News & Events
End-users in Europe, the Middle East and North Africa are purchasing increasing amounts of U.S. co-products, including distiller’s dried grains with solubles (DDGS) and corn gluten feed/meal, thanks to advantageous pricing in recent years.
Building on these cost competitive deals, the U.S. Grains Council (USGC) conducted a conference in Rome, Italy, last week to connect end-users from both regions with U.S. farmers, grain suppliers and technology companies for education and the opportunity to make or negotiate sales.
Pizza, pasta, bread - each may invoke images of meals shared and baker artistry, but not necessarily sorghum. A European trade team traveling to Kansas this week is aiming to re-shape these perceptions of how sorghum flour can be incorporated into iconic baked goods, expanding operations and potential sales for U.S. farmers.
Grain trade experts from the U.S. Grains Council (USGC) visited Ireland and Israel late last year to meet with customers in those markets, which have become increasingly important if non-traditional importers of U.S. corn and co-products.
Ireland has imported 95,000 metric tons (3.7 million bushels) of U.S. corn in the first three months of this marketing year, which is nearly half the amount it imported the prior marketing year, 170,000 metric tons (6.7 million bushels). Israel imported 386,000 metric tons (15 million bushels) of U.S. corn in the last marketing year.
Generating interest in U.S. sorghum around the globe, including in places like the European Union and South Africa, is a priority for the U.S. Grains Council (USGC) and the United Sorghum Checkoff Program (USCP) as they work to create steady, long-term demand for this coarse grain.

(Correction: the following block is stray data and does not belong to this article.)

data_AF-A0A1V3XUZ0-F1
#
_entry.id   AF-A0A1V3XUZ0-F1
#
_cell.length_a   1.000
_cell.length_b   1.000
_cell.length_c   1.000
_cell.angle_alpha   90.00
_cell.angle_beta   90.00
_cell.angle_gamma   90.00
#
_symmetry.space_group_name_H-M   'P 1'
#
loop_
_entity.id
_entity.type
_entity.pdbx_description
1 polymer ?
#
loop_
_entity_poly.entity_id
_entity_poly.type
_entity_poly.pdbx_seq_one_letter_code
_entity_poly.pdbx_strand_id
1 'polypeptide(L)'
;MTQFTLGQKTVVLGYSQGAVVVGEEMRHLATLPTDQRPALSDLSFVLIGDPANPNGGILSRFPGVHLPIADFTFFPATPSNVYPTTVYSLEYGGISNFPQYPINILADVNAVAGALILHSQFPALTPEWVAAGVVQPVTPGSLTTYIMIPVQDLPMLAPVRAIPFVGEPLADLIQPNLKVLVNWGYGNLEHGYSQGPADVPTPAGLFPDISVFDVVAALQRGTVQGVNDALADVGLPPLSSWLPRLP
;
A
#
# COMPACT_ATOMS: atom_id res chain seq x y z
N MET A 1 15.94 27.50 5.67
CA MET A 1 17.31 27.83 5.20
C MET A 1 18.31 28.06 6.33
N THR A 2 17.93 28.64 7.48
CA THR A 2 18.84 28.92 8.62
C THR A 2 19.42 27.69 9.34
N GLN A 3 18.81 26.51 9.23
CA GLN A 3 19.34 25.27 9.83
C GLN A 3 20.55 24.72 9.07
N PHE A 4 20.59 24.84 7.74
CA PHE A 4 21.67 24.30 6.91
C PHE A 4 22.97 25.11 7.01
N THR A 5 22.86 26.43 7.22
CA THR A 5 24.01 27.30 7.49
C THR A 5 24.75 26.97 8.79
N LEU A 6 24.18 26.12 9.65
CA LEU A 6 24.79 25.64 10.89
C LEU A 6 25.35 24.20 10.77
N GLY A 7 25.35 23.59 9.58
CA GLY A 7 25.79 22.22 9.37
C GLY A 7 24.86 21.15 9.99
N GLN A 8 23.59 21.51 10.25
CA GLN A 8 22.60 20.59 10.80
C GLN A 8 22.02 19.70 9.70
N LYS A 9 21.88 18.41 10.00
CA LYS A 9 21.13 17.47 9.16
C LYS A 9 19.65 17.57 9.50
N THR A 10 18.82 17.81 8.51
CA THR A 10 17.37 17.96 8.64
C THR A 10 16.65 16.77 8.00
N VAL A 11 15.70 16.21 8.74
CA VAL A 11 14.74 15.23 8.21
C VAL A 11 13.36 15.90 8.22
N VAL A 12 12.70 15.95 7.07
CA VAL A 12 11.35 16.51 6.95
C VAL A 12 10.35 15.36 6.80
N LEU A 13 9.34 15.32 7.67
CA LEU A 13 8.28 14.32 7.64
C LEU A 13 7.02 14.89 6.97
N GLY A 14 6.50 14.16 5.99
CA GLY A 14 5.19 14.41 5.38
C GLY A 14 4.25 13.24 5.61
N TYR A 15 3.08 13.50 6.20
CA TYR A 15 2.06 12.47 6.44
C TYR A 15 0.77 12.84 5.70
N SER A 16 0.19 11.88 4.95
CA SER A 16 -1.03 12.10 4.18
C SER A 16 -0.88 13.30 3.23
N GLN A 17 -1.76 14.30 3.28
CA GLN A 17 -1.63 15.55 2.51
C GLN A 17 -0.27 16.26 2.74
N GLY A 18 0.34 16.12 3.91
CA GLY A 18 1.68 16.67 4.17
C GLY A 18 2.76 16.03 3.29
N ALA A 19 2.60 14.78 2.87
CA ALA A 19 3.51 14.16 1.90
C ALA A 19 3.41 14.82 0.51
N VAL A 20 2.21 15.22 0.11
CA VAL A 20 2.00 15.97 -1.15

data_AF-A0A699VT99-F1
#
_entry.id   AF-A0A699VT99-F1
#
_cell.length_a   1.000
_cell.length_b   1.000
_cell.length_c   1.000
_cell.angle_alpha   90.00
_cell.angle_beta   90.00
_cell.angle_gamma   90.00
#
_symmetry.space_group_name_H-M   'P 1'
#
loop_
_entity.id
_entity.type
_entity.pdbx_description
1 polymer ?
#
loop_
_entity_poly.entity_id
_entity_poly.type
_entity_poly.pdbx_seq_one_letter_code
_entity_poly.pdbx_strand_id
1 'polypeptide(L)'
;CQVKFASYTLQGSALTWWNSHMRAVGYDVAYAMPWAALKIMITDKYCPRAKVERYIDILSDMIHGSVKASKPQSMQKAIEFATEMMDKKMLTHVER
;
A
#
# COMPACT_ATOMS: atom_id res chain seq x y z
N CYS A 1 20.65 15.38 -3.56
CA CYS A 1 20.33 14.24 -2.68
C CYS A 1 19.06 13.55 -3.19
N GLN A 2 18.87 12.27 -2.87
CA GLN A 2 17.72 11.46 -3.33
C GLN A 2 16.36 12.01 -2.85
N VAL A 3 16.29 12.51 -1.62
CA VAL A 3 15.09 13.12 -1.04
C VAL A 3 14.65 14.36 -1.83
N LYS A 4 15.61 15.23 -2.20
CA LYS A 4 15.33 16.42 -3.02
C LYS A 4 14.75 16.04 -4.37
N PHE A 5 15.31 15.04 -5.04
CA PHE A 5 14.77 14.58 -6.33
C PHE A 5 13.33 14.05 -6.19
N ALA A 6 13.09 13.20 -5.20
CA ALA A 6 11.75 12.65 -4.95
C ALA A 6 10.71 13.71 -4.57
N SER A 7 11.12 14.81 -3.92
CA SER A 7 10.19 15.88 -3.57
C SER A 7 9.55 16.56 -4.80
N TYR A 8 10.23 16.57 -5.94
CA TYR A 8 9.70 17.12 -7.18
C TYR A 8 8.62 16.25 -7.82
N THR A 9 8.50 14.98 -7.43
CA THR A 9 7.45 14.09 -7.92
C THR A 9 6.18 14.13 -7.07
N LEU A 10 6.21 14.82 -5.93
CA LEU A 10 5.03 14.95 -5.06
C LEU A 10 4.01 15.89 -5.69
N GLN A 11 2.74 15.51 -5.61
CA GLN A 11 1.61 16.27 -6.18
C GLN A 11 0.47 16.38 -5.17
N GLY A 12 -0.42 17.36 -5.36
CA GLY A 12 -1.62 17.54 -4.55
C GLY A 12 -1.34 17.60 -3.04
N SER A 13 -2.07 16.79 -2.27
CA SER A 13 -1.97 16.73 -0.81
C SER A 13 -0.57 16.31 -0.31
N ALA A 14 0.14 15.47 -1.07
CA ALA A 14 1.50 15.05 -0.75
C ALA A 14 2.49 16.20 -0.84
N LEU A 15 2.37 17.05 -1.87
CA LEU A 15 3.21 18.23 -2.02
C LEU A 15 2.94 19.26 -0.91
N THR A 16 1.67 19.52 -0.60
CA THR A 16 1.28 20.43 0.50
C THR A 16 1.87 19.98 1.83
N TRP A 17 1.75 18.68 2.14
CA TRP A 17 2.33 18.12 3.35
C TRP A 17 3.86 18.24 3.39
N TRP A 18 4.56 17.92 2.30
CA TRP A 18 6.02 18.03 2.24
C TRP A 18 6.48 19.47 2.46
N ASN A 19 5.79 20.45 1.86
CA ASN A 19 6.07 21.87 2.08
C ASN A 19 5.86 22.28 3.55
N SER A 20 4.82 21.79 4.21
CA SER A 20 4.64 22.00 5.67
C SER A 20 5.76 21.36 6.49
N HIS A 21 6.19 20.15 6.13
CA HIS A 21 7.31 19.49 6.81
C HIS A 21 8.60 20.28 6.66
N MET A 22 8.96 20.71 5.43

Britain's stunning decision last week to leave the European Union (EU) could have both market and trade policy effects on the U.S. grain industry, though exactly how this critical geo-political change could impact farmers' bottom lines is among the many questions about what has been dubbed "the messy divorce."
The U.S. Grains Council (USGC) and U.S. Soybean Export Council (USSEC) combined forces this week for a series of meetings in Brussels to raise concerns about delays in approvals for soybean and corn biotech events and exhorting the need for a predictable, transparent and science-based regulatory system in the European Union.
Hesham Hassanein has stepped down as the U.S. Grains Council’s (USGC’s) regional director of the Middle East and Africa, as of June 5. Despite this staff change, the Council remains committed to its presence and programs in the Middle East, Africa and Europe region and is assessing options to maintain USGC representation in this critical area of the world.
President Barack Obama’s announcement in Germany earlier this week that he believes the United States and European Union can strike a deal on the Transatlantic Trade and Investment Partnership (T-TIP) by the end of 2016 put additional focus on the latest round of U.S.-EU negotiations happening in New York.
As part of the negotiations, the U.S. Grains Council (USGC) participated in a U.S.-EU Direct Stakeholder Engagement Event and chief negotiators briefing on April 28, focusing on the EU’s authorization system to approve biotech events.
Activities in Europe and India last week gave members of the U.S. Grains Council (USGC) and its partners in ethanol export promotion new opportunities to demonstrate the value of U.S. ethanol as a clean-burning source of fuel for consumers globally.
With the U.S. election season fast approaching, the time pressure for progress on two pending trade negotiations is increasing. U.S. Grains Council (USGC) Director of Trade Policy and Biotechnology Floyd Gaibler is in Brussels this week for the latest round of United States-European Union negotiations on the Transatlantic Trade and Investment Partnership (T-TIP).
“Market access and progress on biotechnology issues continue to be our key objectives in T-TIP,” Gaibler said. “The recently-proposed opt-out legislation is a good example of the kinds of issues we face.”